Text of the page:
>>> str = ''.join([ c for c in str if c not in ('@', '&')])
    >>>
    >>> but that looks so ugly.. I am hoping to see nicer examples to acheive
    >>> the above..

    >>
    >>
    >>
    >> What about the following:
    >>
    >> str = 'You are ben@orange?enter&your&code'
    >> str = filter(lambda c: c not in "@&", str)
    >>
    >> Bye,
    >> Walter Dörwald

    >
    >
    > def isAcceptableChar(character):
    > return charachter in "@&"
    >
    > str = filter(isAcceptableChar, str)
    >
    > is going to finally be what I am going to use.
    > I not feel lambdas are so readable, unless one has serious experience in
    > using them and python in general. I feel it is acceptable to add a named
    > method that documents with its name what it is doing there.


    You're not the only one with this feeling. Compare "the eff-bot's
    favourite lambda refactoring rule":

    http://groups.google.de/groups?selm=3wFx6.2498$

    > [...]


    Bye,
    Walter Dörwald
     
    =?ISO-8859-1?Q?Walter_D=F6rwald?=, Jul 9, 2003
    #8
  9. Behrang Dadsetan

    John Hunter Guest

    >>>>> "Behrang" == Behrang Dadsetan <> writes:

    Behrang> is going to finally be what I am going to use. I not
    Behrang> feel lambdas are so readable, unless one has serious
    Behrang> experience in using them and python in general. I feel it
    Behrang> is acceptable to add a named method that documents with
    Behrang> its name what it is doing there.

    If you want to go the functional programing route, you can generalize
    your function somewhat using a callable class:

    class remove_char:
    def __init__(self,remove):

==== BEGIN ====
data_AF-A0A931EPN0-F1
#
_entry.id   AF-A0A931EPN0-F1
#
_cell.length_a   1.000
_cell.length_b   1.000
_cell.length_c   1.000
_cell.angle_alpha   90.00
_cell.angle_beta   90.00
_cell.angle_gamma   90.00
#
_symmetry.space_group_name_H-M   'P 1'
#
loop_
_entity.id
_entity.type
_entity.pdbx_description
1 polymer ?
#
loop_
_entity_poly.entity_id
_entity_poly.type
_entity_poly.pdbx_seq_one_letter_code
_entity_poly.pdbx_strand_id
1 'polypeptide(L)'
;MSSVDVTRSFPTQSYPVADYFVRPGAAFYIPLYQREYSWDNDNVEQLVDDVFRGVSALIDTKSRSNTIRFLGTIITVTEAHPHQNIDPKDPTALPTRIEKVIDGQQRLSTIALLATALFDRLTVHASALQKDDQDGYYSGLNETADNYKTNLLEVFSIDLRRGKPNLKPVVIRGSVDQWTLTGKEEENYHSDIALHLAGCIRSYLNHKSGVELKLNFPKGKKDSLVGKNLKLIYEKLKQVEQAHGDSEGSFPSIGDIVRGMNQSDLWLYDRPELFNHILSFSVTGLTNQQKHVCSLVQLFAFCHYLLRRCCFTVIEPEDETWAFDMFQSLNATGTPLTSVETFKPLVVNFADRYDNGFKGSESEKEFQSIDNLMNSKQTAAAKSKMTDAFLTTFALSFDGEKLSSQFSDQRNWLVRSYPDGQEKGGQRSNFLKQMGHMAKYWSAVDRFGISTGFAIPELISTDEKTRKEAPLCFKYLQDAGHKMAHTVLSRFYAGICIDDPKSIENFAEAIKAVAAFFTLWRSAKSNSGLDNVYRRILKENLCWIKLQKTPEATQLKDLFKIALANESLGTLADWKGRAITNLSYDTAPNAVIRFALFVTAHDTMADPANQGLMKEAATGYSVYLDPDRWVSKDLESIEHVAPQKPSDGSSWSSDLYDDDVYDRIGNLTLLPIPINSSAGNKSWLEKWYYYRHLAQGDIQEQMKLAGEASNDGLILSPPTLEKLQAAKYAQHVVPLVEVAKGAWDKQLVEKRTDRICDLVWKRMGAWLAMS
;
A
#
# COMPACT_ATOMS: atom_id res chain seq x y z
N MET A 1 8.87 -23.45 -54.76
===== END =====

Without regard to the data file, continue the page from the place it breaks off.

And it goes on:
self.remove = dict([ (c,1) for c in remove])

    def __call__(self,c):
    return not self.remove.has_key(c)

    print filter(remove_char('on'), 'John Hunter')

    Cheers,
    Jh Huter
     
    John Hunter, Jul 9, 2003
    #9
  10. On Wed, 09 Jul 2003 23:36:03 +0200, Behrang Dadsetan <> wrote:

    >Walter Dörwald wrote:
    >
    >> Behrang Dadsetan wrote:
    >>
    >>> Hi all,
    >>>
    >>> I would like deleting specific characters from a string.
    >>> As an example, I would like to delete all of the '@' '&' in the
    >>> string 'You are ben@orange?enter&your&code' so that it becomes
    >>> 'benorange?enteryourcode'.
    >>>
    >>> So far I have been doing it like:
    >>> str = 'You are ben@orange?enter&your&code'
    >>> str = ''.join([ c for c in str if c not in ('@', '&')])
    >>>
    >>> but that looks so ugly.. I am hoping to see nicer examples to acheive
    >>> the above..

    >>
    >>
    >> What about the following:
    >>
    >> str = 'You are ben@orange?enter&your&code'
    >> str = filter(lambda c: c not in "@&", str)

    Aaack! I cringe seeing builtin str name rebound like that ;-/

    >>
    >> Bye,
    >> Walter Dörwald

    >
    >def isAcceptableChar(character):
    > return charachter in "@&"

    return character not in "@&"
    >
    >str = filter(isAcceptableChar, str)
    >
    >is going to finally be what I am going to use.

    That's not going to be anywhere near as fast as Donn's translate version.

    >I not feel lambdas are so readable, unless one has serious experience in
    >using them and python in general. I feel it is acceptable to add a named
    >method that documents with its name what it is doing there.
    >
    >But your example would probably have been my choice if I was more